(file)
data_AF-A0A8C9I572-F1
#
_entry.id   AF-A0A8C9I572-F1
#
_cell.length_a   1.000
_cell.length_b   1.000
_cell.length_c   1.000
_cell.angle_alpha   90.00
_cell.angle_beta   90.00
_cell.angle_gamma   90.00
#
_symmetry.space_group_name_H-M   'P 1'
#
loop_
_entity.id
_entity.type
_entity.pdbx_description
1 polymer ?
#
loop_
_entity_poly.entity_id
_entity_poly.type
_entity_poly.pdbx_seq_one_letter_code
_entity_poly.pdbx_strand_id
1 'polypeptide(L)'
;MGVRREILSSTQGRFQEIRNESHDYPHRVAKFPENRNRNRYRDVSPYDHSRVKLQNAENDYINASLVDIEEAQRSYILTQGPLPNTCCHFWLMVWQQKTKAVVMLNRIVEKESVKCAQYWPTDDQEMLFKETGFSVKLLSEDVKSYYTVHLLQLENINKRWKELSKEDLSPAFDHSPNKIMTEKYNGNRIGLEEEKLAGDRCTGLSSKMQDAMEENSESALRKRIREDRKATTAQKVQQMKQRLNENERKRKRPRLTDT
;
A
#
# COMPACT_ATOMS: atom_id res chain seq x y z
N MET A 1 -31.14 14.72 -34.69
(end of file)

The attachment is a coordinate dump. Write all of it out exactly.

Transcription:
data_AF-A0A8C9I572-F1
#
_entry.id   AF-A0A8C9I572-F1
#
_cell.length_a   1.000
_cell.length_b   1.000
_cell.length_c   1.000
_cell.angle_alpha   90.00
_cell.angle_beta   90.00
_cell.angle_gamma   90.00
#
_symmetry.space_group_name_H-M   'P 1'
#
loop_
_entity.id
_entity.type
_entity.pdbx_description
1 polymer ?
#
loop_
_entity_poly.entity_id
_entity_poly.type
_entity_poly.pdbx_seq_one_letter_code
_entity_poly.pdbx_strand_id
1 'polypeptide(L)'
;MGVRREILSSTQGRFQEIRNESHDYPHRVAKFPENRNRNRYRDVSPYDHSRVKLQNAENDYINASLVDIEEAQRSYILTQGPLPNTCCHFWLMVWQQKTKAVVMLNRIVEKESVKCAQYWPTDDQEMLFKETGFSVKLLSEDVKSYYTVHLLQLENINKRWKELSKEDLSPAFDHSPNKIMTEKYNGNRIGLEEEKLAGDRCTGLSSKMQDAMEENSESALRKRIREDRKATTAQKVQQMKQRLNENERKRKRPRLTDT
;
A
#
# COMPACT_ATOMS: atom_id res chain seq x y z
N MET A 1 -31.14 14.72 -34.69